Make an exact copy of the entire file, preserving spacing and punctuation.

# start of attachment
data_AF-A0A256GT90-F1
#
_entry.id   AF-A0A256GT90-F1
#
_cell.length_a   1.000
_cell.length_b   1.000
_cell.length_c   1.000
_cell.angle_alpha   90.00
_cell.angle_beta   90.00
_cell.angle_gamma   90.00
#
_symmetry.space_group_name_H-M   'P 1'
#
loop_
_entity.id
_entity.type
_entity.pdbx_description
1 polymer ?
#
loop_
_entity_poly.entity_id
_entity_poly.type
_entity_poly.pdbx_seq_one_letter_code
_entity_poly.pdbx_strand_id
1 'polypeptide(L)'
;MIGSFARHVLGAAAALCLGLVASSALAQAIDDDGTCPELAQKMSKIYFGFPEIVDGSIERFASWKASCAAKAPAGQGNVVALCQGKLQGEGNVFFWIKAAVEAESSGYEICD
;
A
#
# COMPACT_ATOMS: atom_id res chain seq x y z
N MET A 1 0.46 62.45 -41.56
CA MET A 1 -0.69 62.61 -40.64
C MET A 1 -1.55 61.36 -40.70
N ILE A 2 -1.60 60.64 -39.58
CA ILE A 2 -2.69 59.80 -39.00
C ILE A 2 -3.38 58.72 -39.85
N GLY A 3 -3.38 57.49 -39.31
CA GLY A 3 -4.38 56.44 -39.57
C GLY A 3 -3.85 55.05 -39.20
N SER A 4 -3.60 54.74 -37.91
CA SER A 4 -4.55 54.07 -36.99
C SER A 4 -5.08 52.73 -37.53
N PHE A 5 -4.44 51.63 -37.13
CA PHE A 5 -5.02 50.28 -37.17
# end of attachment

data_AF-A0A256GT90-F1
#
_entry.id   AF-A0A256GT90-F1
#
_cell.length_a   1.000
_cell.length_b   1.000
_cell.length_c   1.000
_cell.angle_alpha   90.00
_cell.angle_beta   90.00
_cell.angle_gamma   90.00
#
_symmetry.space_group_name_H-M   'P 1'
#
loop_
_entity.id
_entity.type
_entity.pdbx_description
1 polymer ?
#
loop_
_entity_poly.entity_id
_entity_poly.type
_entity_poly.pdbx_seq_one_letter_code
_entity_poly.pdbx_strand_id
1 'polypeptide(L)'
;MIGSFARHVLGAAAALCLGLVASSALAQAIDDDGTCPELAQKMSKIYFGFPEIVDGSIERFASWKASCAAKAPAGQGNVVALCQGKLQGEGNVFFWIKAAVEAESSGYEICD
;
A
#
# COMPACT_ATOMS: atom_id res chain seq x y z
N MET A 1 0.46 62.45 -41.56
CA MET A 1 -0.69 62.61 -40.64
C MET A 1 -1.55 61.36 -40.70
N ILE A 2 -1.60 60.64 -39.58
CA ILE A 2 -2.69 59.80 -39.00
C ILE A 2 -3.38 58.72 -39.85
N GLY A 3 -3.38 57.49 -39.31
CA GLY A 3 -4.38 56.44 -39.57
C GLY A 3 -3.85 55.05 -39.20
N SER A 4 -3.60 54.74 -37.91
CA SER A 4 -4.55 54.07 -36.99
C SER A 4 -5.08 52.73 -37.53
N PHE A 5 -4.44 51.63 -37.13
CA PHE A 5 -5.02 50.28 -37.17